• Gazz

        Rental is not scalable. During holiday times costs and availability would fluctuate like hotel rooms do. I work in aviation, follow motorsport and have family living away. Would have to rent twice a week or face tiptoeing from charge point to charge point with work in the morning.
        Just two years ago I did very little driving and because you never know what will change you need a good car.

        • I have never arrived at an airport to be told that there are no cars available. I’ve occasionally found that my choice is not available and ‘would Sir like a free upgrade to a rag-top Mustang’ has been my only option…..

          • Or – you can find that one whole Brand has no available Cars (Me, Vancouver, BC – July 15th, 2016, Hertz!) and rent from Alamo – ending up with $421.00 and change – for a 4 day Rental! Not going to drive even an ICE Car from Toronto to Vancouver on short notice for a Funeral – so EV, or not – the flight was the only option! Sometimes – All the Pollyanna thinking can’t handle reality – like the very limited accommodation – with what was available at high prices!

            Same with The EAA Airventure Oshkosh Convention: Motel 6 – day before $65, During the week of the show – $320!

            Car Rentals must have been like that in July in Vancouver – as that was the most I ever paid – and – I only ended up with a Beetle 2 Door! (Gas, not Diesel!)

  • ejwu

    I think Tesla should make the extended battery range as a feature that can be rented, instead of buying. It’s just like their 60 model that has some of the battery modules disabled by software, but can be upgraded to the range of 90 or even 100 model for a paid period. Most people don’t need that much range for daily commute so they buy the cheaper model. Then the night before their road trip they pay on the Tesla website (or the app) to enable all the hidden battery banks for the days, and switch back to normal short range commute mode after the trip.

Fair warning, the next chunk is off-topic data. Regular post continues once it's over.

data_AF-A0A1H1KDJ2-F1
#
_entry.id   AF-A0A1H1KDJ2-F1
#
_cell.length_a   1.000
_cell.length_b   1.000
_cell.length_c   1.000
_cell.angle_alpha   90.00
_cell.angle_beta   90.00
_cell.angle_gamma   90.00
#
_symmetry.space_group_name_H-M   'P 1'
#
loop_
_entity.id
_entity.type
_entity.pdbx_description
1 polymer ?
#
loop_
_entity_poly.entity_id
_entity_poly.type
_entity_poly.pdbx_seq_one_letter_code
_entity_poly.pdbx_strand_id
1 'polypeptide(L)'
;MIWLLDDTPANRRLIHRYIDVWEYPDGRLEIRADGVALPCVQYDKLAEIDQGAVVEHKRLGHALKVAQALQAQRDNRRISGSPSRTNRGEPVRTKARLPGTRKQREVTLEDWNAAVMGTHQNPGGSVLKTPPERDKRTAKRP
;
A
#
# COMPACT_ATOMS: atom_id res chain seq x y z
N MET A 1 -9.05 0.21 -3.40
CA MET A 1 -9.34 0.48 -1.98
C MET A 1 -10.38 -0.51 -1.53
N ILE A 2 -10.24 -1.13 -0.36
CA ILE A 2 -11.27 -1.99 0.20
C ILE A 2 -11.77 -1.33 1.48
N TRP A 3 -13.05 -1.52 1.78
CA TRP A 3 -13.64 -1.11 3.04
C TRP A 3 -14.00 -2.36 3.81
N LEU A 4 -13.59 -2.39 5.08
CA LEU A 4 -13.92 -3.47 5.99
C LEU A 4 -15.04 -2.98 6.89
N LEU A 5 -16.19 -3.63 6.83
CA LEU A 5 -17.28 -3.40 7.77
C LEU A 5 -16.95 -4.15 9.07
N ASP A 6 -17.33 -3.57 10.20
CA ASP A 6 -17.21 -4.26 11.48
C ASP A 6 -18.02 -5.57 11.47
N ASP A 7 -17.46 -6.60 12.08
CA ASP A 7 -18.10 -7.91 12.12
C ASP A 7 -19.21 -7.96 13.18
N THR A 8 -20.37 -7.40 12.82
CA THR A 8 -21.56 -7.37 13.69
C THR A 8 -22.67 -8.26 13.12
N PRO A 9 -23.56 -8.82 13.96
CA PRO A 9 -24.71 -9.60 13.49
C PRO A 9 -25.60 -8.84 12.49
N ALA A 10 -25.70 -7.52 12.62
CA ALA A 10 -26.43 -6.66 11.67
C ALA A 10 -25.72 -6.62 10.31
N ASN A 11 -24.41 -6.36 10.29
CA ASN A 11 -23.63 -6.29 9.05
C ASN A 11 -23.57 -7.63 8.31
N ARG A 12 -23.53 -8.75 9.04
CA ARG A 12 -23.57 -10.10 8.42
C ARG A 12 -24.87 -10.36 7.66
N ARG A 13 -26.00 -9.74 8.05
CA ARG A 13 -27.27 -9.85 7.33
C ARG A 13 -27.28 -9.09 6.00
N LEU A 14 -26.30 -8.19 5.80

I think this will increase the sales of their cheaper models quite a bit.

    • The 60 has cells for a 75 (kWh) and the 75 has cells for a 75, so that could be a rent-able upgrade from 60 – 75 – over the phone or online, but – to get to the 90 or the 100 – you need to remove your battery and put in the other one – without battery swap stations all over – that would be somewhat pricey done by hand at service centers!

      Maybe – if the time comes when Tesla can offer their Model S or X for Rental by Existing Owners (First) – and later by the public at large, many of these concerns will fade! Just like Tesla Energy, and Tesla Solar – you could have Tesla Rentals! It would be a wholely owned, but separate division!

  • GregS

    Agree that 200 miles is minimum, and that many would prefer 300.

  • WebUserAtLarge